The vet’s office: Advocating for elbows
By Dr. Elizabeth Knabe, DVM
Wildwood Animal Hospital and Clinic LLC
The elbow tends not to be a joint we think of when it comes to lameness in dogs or cats. For dogs, most of the attention seems to focus on the hips and knees. Bigger dogs put more weight on the hips and knees, causing arthritis and injuries. Small dogs can have hereditary knee and hip issues that lead to pain and limping.
Elbow problems, however, tend to be more subtle and harder to recognize. A pet may not even limp. The animal does not want to favor one limb by increasing the weight on the opposite, equally painful limb. This is especially true in cats and small dogs as they are lightweight to begin with and can distribute their weight well.
How can owners tell if their pet might have elbow problems?
For dogs, they may notice that they stand and walk with their elbows pointing outward, away from the body. Dogs carry 60 percent of their body weight on their forelimbs while standing, so adjusting the elbows outwardly is an attempt to reduce the pain. In walking, dogs may not pick up their front feet as much to minimize bending the elbows. Going downhill puts more stress on the forelimbs, so dogs may be reluctant to descend stairs.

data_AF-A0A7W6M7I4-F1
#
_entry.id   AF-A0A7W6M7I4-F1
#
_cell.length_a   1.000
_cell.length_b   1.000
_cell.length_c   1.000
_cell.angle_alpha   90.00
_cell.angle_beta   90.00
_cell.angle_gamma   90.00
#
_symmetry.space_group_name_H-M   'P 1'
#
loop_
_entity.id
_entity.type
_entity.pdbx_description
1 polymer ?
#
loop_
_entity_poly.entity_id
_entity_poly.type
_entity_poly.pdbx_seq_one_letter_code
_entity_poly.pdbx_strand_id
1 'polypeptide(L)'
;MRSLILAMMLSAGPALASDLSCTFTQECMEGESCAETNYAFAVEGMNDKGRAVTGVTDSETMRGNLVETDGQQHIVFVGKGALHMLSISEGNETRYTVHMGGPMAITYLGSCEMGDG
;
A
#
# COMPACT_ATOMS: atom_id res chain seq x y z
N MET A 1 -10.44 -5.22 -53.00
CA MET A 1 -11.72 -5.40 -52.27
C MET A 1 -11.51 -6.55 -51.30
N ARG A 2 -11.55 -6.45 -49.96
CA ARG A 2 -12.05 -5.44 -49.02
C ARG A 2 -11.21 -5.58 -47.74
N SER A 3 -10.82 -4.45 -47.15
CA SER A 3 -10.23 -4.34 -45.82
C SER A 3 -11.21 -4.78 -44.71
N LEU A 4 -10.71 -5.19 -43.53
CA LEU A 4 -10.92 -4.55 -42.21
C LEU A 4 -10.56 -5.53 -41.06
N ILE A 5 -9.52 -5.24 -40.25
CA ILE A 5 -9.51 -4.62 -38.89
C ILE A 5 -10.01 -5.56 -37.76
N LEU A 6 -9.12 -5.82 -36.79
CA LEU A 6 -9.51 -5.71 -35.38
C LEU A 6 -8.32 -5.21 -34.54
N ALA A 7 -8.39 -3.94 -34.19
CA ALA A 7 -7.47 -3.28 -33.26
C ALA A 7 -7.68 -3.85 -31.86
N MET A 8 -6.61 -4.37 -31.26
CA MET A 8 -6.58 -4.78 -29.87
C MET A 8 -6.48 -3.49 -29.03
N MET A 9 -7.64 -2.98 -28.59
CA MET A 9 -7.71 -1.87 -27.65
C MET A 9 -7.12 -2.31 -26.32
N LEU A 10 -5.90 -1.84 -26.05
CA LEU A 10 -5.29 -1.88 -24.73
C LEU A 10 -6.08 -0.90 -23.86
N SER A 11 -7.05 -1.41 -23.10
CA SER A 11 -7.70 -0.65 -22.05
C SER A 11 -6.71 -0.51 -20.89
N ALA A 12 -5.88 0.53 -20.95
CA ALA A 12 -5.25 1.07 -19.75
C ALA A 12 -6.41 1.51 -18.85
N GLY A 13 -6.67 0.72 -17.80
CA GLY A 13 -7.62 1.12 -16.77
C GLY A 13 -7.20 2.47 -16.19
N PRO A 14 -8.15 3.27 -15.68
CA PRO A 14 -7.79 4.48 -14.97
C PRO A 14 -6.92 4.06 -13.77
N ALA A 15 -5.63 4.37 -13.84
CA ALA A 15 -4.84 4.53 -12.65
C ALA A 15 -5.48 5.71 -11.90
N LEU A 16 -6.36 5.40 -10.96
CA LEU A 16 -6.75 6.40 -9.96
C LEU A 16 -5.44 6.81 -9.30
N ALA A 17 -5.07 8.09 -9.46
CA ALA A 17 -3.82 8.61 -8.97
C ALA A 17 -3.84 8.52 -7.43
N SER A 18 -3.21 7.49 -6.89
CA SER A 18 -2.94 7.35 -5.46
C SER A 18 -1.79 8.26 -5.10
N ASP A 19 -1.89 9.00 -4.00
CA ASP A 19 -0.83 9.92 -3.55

Cats with elbow problems will be harder to recognize, but they too will show a stiffer gait with less bending of the joints. They may not want to step into the litter box, which requires bending the elbows. They may also sink low in the front limbs when jumping down from a height. In fact, if an older cat presents with a fractured upper canine tooth, veterinarians look for elbow arthritis that could cause the cat to buckle and hit its head as it lands.
The exact cause of elbow problems is not always clear. The elbow is the most complex joint in the body since it requires a smooth fit to occur between three bones: the humerus of the upper leg and the radius and ulna of the lower leg. If anything disrupts the smooth fit between these bones, it can lead to abnormal wear and joint damage.
Sometimes heredity comes into play in young dogs where the development of the elbow joint surfaces is abnormal. Older dogs that have hip arthritis may shift more weight to their front limbs. This extra weight load may cause any subtle elbow irregularities to now become a problem. Very fit canine athletes are often doing the same motions over and over, which can lead to repetitive stress injuries of the elbows.
Early recognition of elbow problems by you and your veterinarian will allow for the most options in treatments.
Wildwood Animal Hospital and Clinic LLC is located at 210 Airpark Road in Marshfield and online at wildwoodanimalhospital.net.